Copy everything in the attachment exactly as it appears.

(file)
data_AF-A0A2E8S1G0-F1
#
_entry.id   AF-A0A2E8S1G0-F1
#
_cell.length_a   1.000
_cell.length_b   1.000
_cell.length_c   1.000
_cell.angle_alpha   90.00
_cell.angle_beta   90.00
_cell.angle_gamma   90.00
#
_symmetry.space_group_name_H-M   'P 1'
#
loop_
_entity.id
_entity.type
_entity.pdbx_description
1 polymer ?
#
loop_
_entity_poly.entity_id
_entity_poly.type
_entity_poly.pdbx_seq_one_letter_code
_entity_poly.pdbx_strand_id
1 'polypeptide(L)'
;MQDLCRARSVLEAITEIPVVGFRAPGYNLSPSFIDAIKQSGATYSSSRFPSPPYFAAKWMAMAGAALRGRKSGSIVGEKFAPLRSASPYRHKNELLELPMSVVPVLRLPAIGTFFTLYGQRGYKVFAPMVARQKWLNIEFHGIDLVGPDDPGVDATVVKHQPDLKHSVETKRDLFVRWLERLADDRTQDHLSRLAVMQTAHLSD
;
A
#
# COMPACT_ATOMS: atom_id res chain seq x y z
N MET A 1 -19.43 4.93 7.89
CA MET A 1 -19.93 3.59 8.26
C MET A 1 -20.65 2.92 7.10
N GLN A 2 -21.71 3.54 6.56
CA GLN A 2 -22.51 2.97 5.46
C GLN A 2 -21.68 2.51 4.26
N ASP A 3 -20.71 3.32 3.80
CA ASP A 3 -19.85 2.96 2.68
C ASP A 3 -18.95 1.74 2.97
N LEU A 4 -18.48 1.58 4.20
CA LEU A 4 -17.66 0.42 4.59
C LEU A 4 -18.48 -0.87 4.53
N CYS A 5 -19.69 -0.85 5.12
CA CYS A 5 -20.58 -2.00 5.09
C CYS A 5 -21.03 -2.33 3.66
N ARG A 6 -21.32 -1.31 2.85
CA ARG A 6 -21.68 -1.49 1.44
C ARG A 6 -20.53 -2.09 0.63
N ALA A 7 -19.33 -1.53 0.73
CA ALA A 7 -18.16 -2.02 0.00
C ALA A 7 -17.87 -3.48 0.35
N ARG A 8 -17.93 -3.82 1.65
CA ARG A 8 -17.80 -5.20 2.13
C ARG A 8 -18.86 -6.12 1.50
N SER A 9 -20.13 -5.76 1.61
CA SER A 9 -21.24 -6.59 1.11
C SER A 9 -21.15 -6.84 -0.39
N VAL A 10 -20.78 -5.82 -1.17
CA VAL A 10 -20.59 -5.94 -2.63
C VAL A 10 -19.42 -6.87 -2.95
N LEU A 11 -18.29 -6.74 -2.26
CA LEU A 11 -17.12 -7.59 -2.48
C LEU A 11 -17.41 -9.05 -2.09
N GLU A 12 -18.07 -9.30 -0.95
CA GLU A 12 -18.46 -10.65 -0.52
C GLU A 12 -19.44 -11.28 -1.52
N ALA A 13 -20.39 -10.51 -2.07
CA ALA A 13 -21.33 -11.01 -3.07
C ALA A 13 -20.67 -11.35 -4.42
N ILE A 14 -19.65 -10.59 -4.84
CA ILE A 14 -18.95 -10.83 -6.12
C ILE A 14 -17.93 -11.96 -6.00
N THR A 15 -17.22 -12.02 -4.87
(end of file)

data_AF-A0A2E8S1G0-F1
#
_entry.id   AF-A0A2E8S1G0-F1
#
_cell.length_a   1.000
_cell.length_b   1.000
_cell.length_c   1.000
_cell.angle_alpha   90.00
_cell.angle_beta   90.00
_cell.angle_gamma   90.00
#
_symmetry.space_group_name_H-M   'P 1'
#
loop_
_entity.id
_entity.type
_entity.pdbx_description
1 polymer ?
#
loop_
_entity_poly.entity_id
_entity_poly.type
_entity_poly.pdbx_seq_one_letter_code
_entity_poly.pdbx_strand_id
1 'polypeptide(L)'
;MQDLCRARSVLEAITEIPVVGFRAPGYNLSPSFIDAIKQSGATYSSSRFPSPPYFAAKWMAMAGAALRGRKSGSIVGEKFAPLRSASPYRHKNELLELPMSVVPVLRLPAIGTFFTLYGQRGYKVFAPMVARQKWLNIEFHGIDLVGPDDPGVDATVVKHQPDLKHSVETKRDLFVRWLERLADDRTQDHLSRLAVMQTAHLSD
;
A
#
# COMPACT_ATOMS: atom_id res chain seq x y z
N MET A 1 -19.43 4.93 7.89
CA MET A 1 -19.93 3.59 8.26
C MET A 1 -20.65 2.92 7.10
N GLN A 2 -21.71 3.54 6.56
CA GLN A 2 -22.51 2.97 5.46
C GLN A 2 -21.68 2.51 4.26
N ASP A 3 -20.71 3.32 3.80
CA ASP A 3 -19.85 2.96 2.68
C ASP A 3 -18.95 1.74 2.97
N LEU A 4 -18.48 1.58 4.20
CA LEU A 4 -17.66 0.42 4.59
C LEU A 4 -18.48 -0.87 4.53
N CYS A 5 -19.69 -0.85 5.12
CA CYS A 5 -20.58 -2.00 5.09
C CYS A 5 -21.03 -2.33 3.66
N ARG A 6 -21.32 -1.31 2.85
CA ARG A 6 -21.68 -1.49 1.44
C ARG A 6 -20.53 -2.09 0.63
N ALA A 7 -19.33 -1.53 0.73
CA ALA A 7 -18.16 -2.02 0.00
C ALA A 7 -17.87 -3.48 0.35
N ARG A 8 -17.93 -3.82 1.65
CA ARG A 8 -17.80 -5.20 2.13
C ARG A 8 -18.86 -6.12 1.50
N SER A 9 -20.13 -5.76 1.61
CA SER A 9 -21.24 -6.59 1.11
C SER A 9 -21.15 -6.84 -0.39
N VAL A 10 -20.78 -5.82 -1.17
CA VAL A 10 -20.59 -5.94 -2.63
C VAL A 10 -19.42 -6.87 -2.95
N LEU A 11 -18.29 -6.74 -2.26
CA LEU A 11 -17.12 -7.59 -2.48
C LEU A 11 -17.41 -9.05 -2.09
N GLU A 12 -18.07 -9.30 -0.95
CA GLU A 12 -18.46 -10.65 -0.52
C GLU A 12 -19.44 -11.28 -1.52
N ALA A 13 -20.39 -10.51 -2.07
CA ALA A 13 -21.33 -11.01 -3.07
C ALA A 13 -20.67 -11.35 -4.42
N ILE A 14 -19.65 -10.59 -4.84
CA ILE A 14 -18.95 -10.83 -6.12
C ILE A 14 -17.93 -11.96 -6.00
N THR A 15 -17.22 -12.02 -4.87